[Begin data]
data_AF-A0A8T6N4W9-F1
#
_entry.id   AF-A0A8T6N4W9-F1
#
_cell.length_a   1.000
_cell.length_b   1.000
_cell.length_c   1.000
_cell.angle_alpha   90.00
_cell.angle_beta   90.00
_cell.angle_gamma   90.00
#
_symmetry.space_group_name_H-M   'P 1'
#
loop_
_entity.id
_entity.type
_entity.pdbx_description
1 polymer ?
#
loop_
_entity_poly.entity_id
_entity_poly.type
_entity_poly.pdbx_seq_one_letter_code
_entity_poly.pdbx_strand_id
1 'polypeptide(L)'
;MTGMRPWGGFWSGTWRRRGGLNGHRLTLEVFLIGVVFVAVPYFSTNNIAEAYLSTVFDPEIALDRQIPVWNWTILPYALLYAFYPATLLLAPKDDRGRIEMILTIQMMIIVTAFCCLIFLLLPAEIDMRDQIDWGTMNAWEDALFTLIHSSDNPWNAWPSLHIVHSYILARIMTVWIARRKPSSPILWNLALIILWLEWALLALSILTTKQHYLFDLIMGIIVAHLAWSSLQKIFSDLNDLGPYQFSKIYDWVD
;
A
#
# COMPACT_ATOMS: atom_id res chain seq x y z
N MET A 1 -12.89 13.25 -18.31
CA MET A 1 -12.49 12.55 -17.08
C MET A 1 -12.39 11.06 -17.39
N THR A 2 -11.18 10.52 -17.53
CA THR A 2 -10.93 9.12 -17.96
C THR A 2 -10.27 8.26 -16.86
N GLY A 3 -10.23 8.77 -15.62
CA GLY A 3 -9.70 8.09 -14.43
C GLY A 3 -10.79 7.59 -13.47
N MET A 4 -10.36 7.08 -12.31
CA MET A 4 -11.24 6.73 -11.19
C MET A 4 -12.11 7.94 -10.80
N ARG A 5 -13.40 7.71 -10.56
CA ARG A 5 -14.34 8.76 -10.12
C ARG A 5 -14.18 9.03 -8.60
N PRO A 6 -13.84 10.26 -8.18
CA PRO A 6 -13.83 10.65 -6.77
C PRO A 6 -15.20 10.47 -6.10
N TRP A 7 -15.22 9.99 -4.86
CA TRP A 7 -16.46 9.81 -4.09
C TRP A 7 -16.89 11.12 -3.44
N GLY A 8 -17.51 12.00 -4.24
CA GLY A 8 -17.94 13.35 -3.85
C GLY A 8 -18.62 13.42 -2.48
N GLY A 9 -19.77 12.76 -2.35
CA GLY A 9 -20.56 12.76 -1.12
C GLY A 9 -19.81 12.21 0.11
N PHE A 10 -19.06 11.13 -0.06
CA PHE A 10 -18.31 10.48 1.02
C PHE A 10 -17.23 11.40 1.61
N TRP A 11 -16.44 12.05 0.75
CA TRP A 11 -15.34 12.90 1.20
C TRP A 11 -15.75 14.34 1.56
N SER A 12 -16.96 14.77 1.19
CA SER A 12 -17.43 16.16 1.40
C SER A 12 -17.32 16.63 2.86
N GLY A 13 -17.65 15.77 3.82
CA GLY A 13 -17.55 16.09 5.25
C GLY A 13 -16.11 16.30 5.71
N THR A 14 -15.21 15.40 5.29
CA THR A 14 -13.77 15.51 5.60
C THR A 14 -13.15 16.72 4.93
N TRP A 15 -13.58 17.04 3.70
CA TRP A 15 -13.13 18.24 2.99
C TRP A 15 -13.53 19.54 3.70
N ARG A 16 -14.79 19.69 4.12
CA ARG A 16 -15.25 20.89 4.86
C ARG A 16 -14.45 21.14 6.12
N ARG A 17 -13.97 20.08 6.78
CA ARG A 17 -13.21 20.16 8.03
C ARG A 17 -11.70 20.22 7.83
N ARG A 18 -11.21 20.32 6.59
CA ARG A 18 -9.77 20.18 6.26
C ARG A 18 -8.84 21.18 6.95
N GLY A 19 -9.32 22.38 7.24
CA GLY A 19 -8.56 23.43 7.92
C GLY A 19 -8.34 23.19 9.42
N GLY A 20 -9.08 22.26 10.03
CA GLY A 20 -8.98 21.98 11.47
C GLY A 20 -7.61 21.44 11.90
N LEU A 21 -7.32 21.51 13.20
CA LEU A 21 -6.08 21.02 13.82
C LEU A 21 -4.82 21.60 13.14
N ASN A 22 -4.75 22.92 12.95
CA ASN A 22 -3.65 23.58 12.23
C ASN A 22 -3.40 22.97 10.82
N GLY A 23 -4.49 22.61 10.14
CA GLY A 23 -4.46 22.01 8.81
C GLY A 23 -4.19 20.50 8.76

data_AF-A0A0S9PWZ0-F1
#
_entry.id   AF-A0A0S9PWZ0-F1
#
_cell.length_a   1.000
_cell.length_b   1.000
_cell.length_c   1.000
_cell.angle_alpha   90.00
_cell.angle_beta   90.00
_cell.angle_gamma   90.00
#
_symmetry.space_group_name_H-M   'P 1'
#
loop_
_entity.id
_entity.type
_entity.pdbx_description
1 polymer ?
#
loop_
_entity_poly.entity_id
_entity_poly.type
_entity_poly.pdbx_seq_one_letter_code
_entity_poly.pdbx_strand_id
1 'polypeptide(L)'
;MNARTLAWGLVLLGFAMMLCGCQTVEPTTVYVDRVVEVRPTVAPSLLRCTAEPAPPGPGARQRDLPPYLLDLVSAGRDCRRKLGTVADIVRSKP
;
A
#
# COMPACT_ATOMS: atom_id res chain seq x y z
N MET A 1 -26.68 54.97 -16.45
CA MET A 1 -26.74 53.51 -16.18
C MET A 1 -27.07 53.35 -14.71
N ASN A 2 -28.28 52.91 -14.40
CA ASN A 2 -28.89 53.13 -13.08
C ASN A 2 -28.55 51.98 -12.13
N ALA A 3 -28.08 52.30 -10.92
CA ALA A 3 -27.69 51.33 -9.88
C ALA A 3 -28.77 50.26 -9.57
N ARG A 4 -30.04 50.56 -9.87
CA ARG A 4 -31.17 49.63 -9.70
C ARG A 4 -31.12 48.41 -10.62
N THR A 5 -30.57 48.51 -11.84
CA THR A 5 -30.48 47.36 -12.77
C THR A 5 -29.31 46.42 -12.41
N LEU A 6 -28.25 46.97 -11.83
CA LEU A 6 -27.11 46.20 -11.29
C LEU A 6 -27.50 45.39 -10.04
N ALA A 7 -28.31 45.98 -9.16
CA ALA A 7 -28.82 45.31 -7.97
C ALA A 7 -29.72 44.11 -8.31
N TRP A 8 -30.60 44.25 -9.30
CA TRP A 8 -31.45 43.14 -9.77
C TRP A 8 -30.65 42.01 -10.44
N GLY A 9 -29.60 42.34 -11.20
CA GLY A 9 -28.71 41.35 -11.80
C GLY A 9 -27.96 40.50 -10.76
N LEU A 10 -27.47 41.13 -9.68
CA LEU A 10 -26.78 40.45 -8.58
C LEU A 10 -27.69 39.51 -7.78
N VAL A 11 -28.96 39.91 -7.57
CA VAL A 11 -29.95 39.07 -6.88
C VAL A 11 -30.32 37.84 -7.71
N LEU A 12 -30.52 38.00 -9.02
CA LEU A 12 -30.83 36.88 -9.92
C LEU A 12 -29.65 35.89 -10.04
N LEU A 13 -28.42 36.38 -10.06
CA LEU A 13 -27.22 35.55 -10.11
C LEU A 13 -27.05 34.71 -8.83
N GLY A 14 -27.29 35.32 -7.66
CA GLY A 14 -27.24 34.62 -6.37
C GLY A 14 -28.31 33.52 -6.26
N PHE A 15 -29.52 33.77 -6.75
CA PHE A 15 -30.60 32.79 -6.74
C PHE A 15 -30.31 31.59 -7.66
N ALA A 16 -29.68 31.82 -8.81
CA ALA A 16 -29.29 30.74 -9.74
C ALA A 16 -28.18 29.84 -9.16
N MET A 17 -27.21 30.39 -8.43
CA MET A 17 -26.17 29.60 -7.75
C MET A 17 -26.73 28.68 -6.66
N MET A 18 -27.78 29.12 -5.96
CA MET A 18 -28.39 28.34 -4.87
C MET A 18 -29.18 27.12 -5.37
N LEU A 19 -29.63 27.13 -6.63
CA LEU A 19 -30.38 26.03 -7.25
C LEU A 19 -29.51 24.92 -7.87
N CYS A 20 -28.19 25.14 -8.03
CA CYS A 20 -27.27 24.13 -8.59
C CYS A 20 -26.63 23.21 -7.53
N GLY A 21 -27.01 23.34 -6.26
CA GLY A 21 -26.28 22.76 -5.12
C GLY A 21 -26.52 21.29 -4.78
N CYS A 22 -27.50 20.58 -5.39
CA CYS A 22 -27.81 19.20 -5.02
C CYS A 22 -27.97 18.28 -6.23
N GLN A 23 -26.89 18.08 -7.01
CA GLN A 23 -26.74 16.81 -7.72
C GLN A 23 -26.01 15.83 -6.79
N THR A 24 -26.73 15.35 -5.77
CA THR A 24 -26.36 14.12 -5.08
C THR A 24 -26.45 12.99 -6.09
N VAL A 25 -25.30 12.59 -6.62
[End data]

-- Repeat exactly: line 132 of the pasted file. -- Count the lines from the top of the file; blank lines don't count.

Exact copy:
C MET A 1 -27.07 53.35 -14.71